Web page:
(Eptesicus fuscus). Patient Number 20-1895.
Date of admission: September 23rd, 2020.
Reason for admission: Grounded, unable to fly.
Big brown bats are native to North America, Central America, the Caribbean, and the northern ranges of South America. Adult bats weigh between 15-25 grams (0.5-0.8 ounces), with a wingspan averaging 30 centimetres (12 inches). Big brown bats are nocturnal. During the day they roost in colonies, with large numbers of bats commonly found roosting in hollow trees, in the crevices of rocks, or in man-made structures such as attics and barns. The diet of these bats consists of night-flying insects, with moths being a favourite.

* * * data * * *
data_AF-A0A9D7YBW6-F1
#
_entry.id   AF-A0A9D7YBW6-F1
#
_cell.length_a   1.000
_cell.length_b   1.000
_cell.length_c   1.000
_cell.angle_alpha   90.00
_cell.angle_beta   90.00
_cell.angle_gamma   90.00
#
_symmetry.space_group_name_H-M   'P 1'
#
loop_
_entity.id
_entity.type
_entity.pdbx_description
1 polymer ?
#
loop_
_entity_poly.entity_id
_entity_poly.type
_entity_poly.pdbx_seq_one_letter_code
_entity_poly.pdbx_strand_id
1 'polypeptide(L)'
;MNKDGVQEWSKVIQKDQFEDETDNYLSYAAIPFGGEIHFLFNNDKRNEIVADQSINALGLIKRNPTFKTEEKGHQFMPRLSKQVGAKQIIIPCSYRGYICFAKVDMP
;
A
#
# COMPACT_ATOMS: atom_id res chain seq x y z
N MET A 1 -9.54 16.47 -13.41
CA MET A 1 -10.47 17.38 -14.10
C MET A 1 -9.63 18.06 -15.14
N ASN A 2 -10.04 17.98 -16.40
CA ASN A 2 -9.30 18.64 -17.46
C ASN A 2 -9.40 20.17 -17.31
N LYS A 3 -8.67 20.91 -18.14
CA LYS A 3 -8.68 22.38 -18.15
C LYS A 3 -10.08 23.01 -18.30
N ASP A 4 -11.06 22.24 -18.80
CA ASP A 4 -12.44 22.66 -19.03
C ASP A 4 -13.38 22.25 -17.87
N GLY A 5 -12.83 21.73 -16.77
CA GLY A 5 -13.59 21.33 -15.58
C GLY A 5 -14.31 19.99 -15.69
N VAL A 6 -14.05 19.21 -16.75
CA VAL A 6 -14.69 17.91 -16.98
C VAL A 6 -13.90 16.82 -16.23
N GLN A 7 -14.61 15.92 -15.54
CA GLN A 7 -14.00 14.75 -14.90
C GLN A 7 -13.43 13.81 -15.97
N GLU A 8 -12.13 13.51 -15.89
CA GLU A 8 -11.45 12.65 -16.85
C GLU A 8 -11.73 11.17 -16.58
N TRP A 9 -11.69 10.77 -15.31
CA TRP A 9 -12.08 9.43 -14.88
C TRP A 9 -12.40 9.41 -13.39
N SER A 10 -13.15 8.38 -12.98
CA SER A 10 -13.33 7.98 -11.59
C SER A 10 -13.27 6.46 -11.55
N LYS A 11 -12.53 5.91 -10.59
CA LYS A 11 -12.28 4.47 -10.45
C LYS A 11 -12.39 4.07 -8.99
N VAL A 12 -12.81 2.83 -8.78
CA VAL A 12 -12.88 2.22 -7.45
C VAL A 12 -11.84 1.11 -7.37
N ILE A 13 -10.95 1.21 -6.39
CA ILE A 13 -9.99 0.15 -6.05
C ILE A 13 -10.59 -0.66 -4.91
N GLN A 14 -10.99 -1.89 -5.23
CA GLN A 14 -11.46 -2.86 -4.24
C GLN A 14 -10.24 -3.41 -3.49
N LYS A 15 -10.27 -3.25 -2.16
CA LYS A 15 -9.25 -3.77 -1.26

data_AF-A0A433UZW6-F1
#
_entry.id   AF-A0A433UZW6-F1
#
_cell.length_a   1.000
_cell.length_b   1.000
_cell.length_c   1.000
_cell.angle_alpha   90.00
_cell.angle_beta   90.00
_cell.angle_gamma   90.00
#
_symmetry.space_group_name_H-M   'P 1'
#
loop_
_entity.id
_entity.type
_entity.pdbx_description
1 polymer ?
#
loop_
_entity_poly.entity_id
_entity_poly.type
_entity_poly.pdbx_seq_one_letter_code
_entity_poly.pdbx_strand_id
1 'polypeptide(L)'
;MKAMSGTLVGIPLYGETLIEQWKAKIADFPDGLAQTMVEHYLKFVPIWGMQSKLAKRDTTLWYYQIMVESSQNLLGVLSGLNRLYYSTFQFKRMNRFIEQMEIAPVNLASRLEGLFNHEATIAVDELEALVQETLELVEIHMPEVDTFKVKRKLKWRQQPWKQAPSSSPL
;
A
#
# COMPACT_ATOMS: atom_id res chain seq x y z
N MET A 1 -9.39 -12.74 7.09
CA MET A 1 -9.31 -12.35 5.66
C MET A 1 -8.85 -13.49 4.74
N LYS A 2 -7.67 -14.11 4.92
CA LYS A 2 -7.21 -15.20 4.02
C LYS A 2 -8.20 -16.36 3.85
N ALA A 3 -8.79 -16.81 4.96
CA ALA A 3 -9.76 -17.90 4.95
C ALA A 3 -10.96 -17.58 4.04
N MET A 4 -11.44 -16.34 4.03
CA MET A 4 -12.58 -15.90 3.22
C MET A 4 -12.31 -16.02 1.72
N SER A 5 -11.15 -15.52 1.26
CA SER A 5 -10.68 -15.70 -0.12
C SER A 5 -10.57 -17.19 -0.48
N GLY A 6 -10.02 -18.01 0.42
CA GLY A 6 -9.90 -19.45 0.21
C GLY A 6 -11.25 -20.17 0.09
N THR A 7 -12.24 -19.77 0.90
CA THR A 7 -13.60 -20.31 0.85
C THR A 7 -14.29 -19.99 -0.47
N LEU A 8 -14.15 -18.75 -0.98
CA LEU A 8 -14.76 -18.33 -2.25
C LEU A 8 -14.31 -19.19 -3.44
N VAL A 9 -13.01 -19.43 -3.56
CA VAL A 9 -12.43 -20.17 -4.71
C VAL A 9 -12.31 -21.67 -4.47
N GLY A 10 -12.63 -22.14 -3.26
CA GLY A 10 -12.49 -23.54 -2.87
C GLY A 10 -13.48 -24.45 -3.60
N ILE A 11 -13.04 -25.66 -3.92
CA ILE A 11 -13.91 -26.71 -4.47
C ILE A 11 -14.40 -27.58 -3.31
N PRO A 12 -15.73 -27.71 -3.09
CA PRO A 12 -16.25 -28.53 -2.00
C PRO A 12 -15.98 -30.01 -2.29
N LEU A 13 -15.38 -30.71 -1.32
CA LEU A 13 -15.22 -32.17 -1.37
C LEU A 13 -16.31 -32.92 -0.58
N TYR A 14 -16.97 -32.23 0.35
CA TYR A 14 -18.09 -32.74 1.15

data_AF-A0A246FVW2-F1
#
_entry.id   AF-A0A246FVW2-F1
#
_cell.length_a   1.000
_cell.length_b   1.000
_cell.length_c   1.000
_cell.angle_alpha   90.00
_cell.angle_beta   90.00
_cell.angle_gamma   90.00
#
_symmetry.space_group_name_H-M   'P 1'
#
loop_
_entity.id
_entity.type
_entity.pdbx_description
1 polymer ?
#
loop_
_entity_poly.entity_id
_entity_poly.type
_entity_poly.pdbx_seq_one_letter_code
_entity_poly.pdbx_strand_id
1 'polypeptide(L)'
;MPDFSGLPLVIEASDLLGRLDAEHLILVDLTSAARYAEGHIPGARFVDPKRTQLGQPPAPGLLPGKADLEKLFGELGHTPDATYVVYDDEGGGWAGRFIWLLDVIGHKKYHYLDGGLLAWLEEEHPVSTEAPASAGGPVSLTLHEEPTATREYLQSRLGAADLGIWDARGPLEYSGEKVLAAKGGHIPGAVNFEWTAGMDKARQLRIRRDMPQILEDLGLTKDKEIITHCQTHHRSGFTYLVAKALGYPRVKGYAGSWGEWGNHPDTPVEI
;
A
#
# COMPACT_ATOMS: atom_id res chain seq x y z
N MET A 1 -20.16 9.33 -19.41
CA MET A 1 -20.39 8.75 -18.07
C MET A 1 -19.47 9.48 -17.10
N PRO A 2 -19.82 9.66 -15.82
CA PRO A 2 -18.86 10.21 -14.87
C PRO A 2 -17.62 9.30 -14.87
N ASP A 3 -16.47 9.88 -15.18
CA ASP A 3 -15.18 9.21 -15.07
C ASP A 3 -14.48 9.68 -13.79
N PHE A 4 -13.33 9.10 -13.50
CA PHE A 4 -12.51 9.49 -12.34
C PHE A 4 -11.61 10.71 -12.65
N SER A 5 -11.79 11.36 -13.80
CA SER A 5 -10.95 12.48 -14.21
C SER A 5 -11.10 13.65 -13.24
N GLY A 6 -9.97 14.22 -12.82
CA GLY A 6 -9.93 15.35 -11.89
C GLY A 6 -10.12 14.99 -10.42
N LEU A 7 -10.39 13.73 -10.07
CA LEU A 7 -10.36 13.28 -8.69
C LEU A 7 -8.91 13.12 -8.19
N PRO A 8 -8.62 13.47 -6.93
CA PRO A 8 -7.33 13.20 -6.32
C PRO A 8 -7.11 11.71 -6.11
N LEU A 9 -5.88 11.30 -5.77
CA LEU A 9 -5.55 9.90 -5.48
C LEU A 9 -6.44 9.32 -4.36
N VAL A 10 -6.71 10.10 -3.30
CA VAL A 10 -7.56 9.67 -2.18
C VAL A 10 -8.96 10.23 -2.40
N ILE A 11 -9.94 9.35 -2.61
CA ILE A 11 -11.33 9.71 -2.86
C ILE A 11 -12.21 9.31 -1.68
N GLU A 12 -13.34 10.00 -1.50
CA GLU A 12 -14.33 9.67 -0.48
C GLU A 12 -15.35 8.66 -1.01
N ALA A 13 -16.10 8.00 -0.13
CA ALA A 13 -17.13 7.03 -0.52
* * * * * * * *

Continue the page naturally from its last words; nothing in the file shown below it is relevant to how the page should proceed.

Big brown bats hibernate during the winter months. Winter roosts can be natural subterranean caves and mines or man-made structures. Few details are known about the hibernation patterns of big brown bats in Alberta, but it appears that winter roosts, or hibernacula, are places where the temperature remains above freezing. If the temperature of the hibernacula drops below -4C (24.80F), bats will wake themselves and seek a warmer site. This behaviour may explain the appearance of big brown bats during the winter months.
This big brown bat was found on the ground, unable to fly. At AIWC, his examination revealed no significant findings, so it is possible he had become displaced from his hibernaculum. Due to the dip in temperatures, the decision was made to overwinter him and when the warm weather once again returns, he will be released.
Thank you for helping us to keep him forever wild!